Don't sweat your shoulder turn in your backswing, just make sure to get your right hip pocket behind you as the clubhead reaches the top.
Graham Gaches
Wednesday, February 24, 2016

Let's say you've studied your stats from last season, and accuracy off the tee is your Achilles' heel. Sure, bombing and gouging works for Bubba, but you know you'd score better if you could keep the ball in play more often. Here are three keys to help you split the tightest fairways.

EVERYTHING STARTS BACK TOGETHER

Let your arms, shoulders and hips work as a single unit to take the clubhead away from the ball. If your arms move independently of the other three parts, the path of the club will be overly steep. If your shoulders move prematurely, you risk pulling the clubhead too far to the inside. Syncing up all three pieces lets you start the club back on plane.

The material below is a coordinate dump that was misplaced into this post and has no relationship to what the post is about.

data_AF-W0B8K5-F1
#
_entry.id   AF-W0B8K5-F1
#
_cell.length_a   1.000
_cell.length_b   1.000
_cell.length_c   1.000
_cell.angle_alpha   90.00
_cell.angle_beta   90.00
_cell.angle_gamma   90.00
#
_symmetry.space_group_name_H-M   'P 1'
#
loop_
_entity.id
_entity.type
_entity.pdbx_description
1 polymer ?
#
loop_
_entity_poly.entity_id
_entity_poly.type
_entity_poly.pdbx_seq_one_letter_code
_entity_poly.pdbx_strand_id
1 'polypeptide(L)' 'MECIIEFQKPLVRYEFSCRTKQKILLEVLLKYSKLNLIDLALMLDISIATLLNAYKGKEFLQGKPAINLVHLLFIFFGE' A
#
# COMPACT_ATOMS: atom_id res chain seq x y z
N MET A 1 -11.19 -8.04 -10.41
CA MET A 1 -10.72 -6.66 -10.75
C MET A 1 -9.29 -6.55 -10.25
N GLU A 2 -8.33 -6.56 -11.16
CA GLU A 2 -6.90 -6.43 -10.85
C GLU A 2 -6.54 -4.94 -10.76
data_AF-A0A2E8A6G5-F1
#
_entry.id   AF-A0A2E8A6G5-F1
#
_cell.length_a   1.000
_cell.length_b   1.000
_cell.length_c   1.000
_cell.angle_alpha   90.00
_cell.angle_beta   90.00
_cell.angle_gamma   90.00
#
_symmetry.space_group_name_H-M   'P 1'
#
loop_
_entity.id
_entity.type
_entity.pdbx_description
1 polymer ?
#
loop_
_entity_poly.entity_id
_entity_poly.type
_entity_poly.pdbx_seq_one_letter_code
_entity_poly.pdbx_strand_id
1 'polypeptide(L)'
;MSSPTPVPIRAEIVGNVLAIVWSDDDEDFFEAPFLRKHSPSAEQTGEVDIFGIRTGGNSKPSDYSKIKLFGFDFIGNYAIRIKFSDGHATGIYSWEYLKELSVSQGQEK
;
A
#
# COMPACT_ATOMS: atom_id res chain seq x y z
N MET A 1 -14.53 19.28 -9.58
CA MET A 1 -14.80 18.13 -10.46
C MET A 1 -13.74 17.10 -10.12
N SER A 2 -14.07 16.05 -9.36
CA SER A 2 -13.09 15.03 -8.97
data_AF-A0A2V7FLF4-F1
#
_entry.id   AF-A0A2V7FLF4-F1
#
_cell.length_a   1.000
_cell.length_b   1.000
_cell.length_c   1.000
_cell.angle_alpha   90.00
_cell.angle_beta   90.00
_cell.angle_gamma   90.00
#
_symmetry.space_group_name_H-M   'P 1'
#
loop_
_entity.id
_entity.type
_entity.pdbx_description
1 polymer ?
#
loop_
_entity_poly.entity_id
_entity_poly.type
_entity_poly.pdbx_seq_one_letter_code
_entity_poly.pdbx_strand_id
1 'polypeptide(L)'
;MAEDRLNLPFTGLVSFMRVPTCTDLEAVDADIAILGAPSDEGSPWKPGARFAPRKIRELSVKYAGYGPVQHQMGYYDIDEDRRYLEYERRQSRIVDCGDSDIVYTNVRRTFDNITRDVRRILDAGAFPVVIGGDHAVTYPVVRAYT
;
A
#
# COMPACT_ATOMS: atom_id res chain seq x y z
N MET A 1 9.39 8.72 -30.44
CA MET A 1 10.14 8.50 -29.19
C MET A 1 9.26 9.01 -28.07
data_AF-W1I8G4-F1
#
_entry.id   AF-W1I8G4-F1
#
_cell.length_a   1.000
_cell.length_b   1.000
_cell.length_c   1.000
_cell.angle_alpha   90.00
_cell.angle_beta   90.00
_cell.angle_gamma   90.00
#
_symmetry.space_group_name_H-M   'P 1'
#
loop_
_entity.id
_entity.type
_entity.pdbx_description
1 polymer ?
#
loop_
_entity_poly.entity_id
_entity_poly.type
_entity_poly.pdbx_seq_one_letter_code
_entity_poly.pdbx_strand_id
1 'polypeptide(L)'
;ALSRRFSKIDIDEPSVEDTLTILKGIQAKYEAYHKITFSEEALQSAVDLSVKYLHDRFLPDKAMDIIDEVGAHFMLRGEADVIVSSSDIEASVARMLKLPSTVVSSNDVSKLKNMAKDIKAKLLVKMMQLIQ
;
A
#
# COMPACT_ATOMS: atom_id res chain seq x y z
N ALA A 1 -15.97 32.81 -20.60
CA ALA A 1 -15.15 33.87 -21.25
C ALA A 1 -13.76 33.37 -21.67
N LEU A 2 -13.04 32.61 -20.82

To wind and unwind in the proper sequence, start your takeaway with your arms, shoulders and hips moving as a single unit.
Graham Gaches

ARMS AND BODY FINISH BACKSWING TOGETHER

Don't worry about turning your shoulders. Focus on rotating your right hip pocket behind you on the backswing. Do this and your arms and torso will reach the top together, not independently, a swing fault that can disrupt your timing. You'll also make a deeper turn, which promotes an inside-out path and a full, powerful release.

Don't sweat your shoulder turn in your backswing, just make sure to get your right hip pocket behind you as the clubhead reaches the top.
Graham Gaches

THE CLUBHEAD REACHES THE BALL FIRST

As you swing down to the ball, let the clubhead go—you should feel as though it's passing your hands through impact. This will help you square up the clubface and deliver more speed to the ball. A lot of golfers try to steer the club or hold the face square, but this drains power and leads to a pushes and slices.

As you swing down, simply allow the momentum of the swing and the weight of the club to pull the clubhead through impact ahead of your hands.
Graham Gaches

 

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